You must remember that – at their core – almost *all* of the crypto systems are entirely open source, which means the barriers-to-entry for them is extremely low (hence why we’ve seen 100’s of coins spring up over the past 18 months).
The systems that will survive the first wave of sell-offs are going to be the ones build around central assets. This lends itself directly to Ethereum; and whilst some would say that NEO is a good bet for the Asian market, the big issue you need to appreciate is that if you’re trying to bet on whether it will be adopted, you’ll end up having to follow the whims of the Chinese government, which is difficult at the best of times.
- There’ll Be An Upcoming Cull…
As mentioned, the crypto space is flooded with dumb money right now. This means that many of the truck drivers who bought the coins with their savings accounts, simply to try and sell them onto other people.
Whilst this works where there are greater fools to whom you can sell the coins, the majority of dumb money has already found its way into the pockets of the smart ones (who bought the coins when they were at $200).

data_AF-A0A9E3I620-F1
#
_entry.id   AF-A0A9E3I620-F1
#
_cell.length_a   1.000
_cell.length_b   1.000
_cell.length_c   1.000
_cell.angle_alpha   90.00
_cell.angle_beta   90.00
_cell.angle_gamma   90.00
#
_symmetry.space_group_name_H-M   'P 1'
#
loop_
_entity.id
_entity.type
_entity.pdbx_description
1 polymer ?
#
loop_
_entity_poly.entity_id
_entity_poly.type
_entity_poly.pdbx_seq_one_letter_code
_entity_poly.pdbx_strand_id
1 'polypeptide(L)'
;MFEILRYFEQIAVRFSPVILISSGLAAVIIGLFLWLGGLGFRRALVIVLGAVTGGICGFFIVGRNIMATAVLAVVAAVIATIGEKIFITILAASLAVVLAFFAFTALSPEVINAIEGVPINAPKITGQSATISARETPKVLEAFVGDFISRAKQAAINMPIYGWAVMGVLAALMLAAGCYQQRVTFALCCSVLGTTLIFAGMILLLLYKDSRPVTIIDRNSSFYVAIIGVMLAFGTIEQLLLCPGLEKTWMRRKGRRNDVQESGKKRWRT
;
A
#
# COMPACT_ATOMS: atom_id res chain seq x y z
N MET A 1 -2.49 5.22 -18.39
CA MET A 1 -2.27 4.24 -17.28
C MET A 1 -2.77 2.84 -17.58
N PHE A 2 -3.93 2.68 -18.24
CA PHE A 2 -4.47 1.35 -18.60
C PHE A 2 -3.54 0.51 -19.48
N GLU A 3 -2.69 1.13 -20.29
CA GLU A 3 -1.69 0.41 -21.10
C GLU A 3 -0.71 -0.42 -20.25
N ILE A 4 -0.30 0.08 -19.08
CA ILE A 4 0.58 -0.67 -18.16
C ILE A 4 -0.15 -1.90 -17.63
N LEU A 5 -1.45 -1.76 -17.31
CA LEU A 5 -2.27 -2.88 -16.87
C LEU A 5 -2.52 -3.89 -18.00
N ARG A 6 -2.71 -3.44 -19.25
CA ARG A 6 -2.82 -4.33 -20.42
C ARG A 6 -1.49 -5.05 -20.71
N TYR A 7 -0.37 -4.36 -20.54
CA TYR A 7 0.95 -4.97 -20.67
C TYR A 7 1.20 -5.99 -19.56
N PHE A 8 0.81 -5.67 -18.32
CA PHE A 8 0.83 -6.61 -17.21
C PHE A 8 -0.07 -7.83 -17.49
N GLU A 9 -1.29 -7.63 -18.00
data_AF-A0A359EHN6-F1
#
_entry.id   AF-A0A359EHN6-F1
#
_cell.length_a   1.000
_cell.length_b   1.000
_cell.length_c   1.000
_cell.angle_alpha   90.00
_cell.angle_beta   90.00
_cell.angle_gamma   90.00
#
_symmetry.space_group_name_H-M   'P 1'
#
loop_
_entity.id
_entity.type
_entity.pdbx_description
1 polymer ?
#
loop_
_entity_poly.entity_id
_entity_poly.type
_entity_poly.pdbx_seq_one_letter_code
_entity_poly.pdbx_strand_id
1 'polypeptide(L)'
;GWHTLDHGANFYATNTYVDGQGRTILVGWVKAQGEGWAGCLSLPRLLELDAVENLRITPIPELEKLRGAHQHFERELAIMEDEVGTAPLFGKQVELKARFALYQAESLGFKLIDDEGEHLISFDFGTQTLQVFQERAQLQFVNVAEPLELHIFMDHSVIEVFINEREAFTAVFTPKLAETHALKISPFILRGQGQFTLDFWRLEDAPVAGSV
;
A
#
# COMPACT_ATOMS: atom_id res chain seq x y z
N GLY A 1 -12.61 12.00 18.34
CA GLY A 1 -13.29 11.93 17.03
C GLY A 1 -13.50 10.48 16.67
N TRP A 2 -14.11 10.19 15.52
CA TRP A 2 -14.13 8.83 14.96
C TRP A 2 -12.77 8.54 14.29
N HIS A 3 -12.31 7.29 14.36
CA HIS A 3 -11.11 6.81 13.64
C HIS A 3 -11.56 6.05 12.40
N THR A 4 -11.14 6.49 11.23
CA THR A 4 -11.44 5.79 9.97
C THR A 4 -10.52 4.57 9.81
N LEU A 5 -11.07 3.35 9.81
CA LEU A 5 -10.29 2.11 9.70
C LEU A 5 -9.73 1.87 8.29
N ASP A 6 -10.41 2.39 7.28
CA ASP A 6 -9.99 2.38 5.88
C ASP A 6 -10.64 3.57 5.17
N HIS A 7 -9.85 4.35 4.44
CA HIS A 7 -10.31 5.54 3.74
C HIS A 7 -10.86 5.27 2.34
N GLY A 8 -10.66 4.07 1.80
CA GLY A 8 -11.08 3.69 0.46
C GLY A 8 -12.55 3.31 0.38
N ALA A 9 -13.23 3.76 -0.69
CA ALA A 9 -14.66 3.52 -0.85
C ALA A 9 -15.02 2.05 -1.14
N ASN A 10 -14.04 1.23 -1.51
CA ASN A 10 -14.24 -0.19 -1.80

Therefore, it’s widely predicted that a major correction in price across the crypto market will come in early-mid 2018. To deal with this effectively, you need to be able to manage which assets you hold, and whether they’ll retain their value.
With the above in mind, you need to remember that if you’re going to keep your money in the crypto space, you will almost certainly require being able to manage it in the right way (by keeping it in with a system that’s going to hold its value).
And as is the case with the currency end of the crypto spectrum, the only thing that matters with the platforms is adoption. The better the adoption, the more likelihood they will have of surviving. Ethereum has adoption. NEO and Cardano don’t (have yet); especially important when considering the most important market – commercial / enterprise.
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I agree with this. Ethereum is by far the most established platform from the other two mentioned and still the most widely used platform until now.
Great write up.